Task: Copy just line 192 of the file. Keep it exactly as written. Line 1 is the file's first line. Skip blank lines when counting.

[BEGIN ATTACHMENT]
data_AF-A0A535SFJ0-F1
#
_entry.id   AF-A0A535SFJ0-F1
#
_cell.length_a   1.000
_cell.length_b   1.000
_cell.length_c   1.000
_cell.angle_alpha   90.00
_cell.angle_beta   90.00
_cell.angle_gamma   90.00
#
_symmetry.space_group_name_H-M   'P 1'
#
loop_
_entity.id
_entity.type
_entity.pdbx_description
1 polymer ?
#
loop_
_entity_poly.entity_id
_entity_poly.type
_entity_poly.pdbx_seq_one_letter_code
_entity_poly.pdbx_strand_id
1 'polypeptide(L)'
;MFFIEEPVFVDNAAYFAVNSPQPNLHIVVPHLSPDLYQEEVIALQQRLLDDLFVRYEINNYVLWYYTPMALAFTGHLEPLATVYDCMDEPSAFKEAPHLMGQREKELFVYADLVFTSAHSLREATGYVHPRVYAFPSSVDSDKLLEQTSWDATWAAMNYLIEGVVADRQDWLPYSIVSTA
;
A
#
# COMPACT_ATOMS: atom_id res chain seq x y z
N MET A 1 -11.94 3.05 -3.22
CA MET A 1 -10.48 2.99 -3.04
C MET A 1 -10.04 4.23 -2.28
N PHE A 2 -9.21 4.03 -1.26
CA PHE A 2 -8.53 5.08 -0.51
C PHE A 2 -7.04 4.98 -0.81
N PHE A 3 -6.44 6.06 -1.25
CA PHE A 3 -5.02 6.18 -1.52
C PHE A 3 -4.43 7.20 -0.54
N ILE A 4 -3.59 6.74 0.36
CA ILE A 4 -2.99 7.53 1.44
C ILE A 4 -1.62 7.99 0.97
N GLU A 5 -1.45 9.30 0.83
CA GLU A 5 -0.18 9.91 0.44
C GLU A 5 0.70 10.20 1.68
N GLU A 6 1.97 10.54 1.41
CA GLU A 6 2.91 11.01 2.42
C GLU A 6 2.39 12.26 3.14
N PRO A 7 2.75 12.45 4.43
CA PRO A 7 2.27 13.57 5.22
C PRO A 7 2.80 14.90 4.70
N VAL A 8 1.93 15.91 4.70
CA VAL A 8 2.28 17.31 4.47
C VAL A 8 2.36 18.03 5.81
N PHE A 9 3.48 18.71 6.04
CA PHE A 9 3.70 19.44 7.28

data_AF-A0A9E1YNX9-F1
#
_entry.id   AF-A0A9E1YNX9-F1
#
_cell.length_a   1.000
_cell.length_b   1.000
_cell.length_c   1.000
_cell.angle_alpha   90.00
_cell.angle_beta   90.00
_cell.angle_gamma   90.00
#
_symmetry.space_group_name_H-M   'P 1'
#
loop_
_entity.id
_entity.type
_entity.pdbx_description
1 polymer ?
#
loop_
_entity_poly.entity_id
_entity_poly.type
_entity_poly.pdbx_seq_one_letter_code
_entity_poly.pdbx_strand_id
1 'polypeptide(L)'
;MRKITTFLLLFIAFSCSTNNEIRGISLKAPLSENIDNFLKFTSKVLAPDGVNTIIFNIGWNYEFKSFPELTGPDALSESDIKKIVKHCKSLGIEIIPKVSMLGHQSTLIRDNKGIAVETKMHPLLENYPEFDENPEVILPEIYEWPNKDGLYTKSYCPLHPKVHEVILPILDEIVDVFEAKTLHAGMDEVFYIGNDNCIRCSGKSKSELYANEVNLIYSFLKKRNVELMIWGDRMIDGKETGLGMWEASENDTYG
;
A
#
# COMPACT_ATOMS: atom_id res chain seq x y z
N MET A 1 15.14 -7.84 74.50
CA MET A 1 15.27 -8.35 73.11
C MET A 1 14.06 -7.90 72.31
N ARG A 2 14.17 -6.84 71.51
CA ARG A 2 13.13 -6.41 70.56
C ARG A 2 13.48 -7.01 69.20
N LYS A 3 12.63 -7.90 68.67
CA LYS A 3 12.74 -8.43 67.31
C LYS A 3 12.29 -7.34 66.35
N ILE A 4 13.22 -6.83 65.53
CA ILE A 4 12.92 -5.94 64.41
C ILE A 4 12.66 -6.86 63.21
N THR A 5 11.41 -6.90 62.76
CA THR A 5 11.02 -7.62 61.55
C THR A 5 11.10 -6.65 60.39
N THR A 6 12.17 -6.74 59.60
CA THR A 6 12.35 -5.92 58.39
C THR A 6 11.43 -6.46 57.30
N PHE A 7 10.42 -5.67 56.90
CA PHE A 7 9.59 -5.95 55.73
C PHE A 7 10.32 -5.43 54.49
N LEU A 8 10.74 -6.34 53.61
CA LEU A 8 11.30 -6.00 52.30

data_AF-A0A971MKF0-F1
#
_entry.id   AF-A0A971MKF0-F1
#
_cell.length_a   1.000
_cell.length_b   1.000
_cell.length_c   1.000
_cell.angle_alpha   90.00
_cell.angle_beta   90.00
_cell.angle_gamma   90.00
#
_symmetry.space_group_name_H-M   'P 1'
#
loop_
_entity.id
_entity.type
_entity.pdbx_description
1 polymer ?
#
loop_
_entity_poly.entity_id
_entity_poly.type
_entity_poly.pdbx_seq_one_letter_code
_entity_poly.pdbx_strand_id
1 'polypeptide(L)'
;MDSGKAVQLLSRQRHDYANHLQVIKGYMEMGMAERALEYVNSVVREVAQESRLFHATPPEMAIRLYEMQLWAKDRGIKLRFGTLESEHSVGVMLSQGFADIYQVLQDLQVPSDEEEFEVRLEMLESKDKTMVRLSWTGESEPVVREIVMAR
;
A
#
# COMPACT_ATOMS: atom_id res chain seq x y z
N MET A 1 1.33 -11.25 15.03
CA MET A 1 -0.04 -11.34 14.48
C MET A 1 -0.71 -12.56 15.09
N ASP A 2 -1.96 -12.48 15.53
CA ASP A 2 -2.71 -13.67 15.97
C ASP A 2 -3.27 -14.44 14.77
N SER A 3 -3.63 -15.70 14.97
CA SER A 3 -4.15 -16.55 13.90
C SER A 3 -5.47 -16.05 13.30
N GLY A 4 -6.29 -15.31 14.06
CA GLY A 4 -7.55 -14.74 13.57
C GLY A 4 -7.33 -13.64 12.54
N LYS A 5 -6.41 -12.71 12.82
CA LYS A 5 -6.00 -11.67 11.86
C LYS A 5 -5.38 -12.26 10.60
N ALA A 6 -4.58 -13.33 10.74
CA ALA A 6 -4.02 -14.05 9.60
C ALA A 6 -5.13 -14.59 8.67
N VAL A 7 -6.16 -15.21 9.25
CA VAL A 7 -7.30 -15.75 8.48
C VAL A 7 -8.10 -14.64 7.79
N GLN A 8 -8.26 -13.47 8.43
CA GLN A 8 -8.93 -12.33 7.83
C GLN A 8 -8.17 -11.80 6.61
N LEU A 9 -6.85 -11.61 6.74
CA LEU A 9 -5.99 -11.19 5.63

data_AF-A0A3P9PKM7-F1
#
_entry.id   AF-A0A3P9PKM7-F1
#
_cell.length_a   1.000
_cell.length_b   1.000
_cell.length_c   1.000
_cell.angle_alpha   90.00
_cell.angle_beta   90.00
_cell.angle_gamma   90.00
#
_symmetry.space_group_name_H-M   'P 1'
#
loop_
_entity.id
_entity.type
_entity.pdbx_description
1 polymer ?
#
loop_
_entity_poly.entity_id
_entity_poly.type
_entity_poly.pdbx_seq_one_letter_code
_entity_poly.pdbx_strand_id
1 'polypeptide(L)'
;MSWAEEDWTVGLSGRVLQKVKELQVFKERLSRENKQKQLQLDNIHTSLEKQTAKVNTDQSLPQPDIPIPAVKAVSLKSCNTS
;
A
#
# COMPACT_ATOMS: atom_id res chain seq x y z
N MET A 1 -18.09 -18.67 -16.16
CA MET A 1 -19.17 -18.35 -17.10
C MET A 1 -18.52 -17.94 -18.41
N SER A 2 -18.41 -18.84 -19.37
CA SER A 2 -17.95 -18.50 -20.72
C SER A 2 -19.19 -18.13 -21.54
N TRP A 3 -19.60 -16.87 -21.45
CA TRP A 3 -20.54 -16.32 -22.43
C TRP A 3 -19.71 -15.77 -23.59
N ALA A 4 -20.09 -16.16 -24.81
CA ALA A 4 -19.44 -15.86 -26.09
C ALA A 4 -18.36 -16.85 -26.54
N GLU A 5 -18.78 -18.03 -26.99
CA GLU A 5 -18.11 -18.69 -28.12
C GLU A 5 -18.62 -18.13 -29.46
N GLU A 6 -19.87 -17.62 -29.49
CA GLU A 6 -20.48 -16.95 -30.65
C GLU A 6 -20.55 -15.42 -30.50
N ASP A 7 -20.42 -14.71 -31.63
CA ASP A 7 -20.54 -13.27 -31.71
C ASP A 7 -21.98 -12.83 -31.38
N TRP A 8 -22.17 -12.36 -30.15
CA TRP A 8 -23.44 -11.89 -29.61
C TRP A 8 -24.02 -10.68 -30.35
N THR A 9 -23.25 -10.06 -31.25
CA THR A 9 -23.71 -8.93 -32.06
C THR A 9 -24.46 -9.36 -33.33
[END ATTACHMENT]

;